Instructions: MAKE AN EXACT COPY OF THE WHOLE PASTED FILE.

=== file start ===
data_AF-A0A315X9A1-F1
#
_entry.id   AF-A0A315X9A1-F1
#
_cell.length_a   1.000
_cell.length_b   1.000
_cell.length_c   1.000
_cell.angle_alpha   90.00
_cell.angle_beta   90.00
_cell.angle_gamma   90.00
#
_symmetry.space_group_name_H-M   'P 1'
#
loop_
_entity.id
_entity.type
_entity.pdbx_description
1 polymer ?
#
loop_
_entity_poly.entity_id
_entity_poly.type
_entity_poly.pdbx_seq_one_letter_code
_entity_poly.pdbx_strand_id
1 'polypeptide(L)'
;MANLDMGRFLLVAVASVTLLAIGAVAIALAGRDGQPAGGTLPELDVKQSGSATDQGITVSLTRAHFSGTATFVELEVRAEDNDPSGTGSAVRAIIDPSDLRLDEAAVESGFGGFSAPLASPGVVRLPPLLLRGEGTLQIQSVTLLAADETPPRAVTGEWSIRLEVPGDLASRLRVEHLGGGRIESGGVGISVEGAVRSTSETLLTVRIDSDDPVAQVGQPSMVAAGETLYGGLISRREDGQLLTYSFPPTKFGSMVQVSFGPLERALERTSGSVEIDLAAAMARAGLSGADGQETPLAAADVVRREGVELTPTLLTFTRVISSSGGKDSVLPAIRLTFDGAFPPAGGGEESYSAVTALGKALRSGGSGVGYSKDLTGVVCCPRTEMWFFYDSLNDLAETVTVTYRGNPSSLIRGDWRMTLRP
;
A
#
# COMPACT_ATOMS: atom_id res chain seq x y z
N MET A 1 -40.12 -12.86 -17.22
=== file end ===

data_AF-A0A315X9A1-F1
#
_entry.id   AF-A0A315X9A1-F1
#
_cell.length_a   1.000
_cell.length_b   1.000
_cell.length_c   1.000
_cell.angle_alpha   90.00
_cell.angle_beta   90.00
_cell.angle_gamma   90.00
#
_symmetry.space_group_name_H-M   'P 1'
#
loop_
_entity.id
_entity.type
_entity.pdbx_description
1 polymer ?
#
loop_
_entity_poly.entity_id
_entity_poly.type
_entity_poly.pdbx_seq_one_letter_code
_entity_poly.pdbx_strand_id
1 'polypeptide(L)'
;MANLDMGRFLLVAVASVTLLAIGAVAIALAGRDGQPAGGTLPELDVKQSGSATDQGITVSLTRAHFSGTATFVELEVRAEDNDPSGTGSAVRAIIDPSDLRLDEAAVESGFGGFSAPLASPGVVRLPPLLLRGEGTLQIQSVTLLAADETPPRAVTGEWSIRLEVPGDLASRLRVEHLGGGRIESGGVGISVEGAVRSTSETLLTVRIDSDDPVAQVGQPSMVAAGETLYGGLISRREDGQLLTYSFPPTKFGSMVQVSFGPLERALERTSGSVEIDLAAAMARAGLSGADGQETPLAAADVVRREGVELTPTLLTFTRVISSSGGKDSVLPAIRLTFDGAFPPAGGGEESYSAVTALGKALRSGGSGVGYSKDLTGVVCCPRTEMWFFYDSLNDLAETVTVTYRGNPSSLIRGDWRMTLRP
;
A
#
# COMPACT_ATOMS: atom_id res chain seq x y z
N MET A 1 -40.12 -12.86 -17.22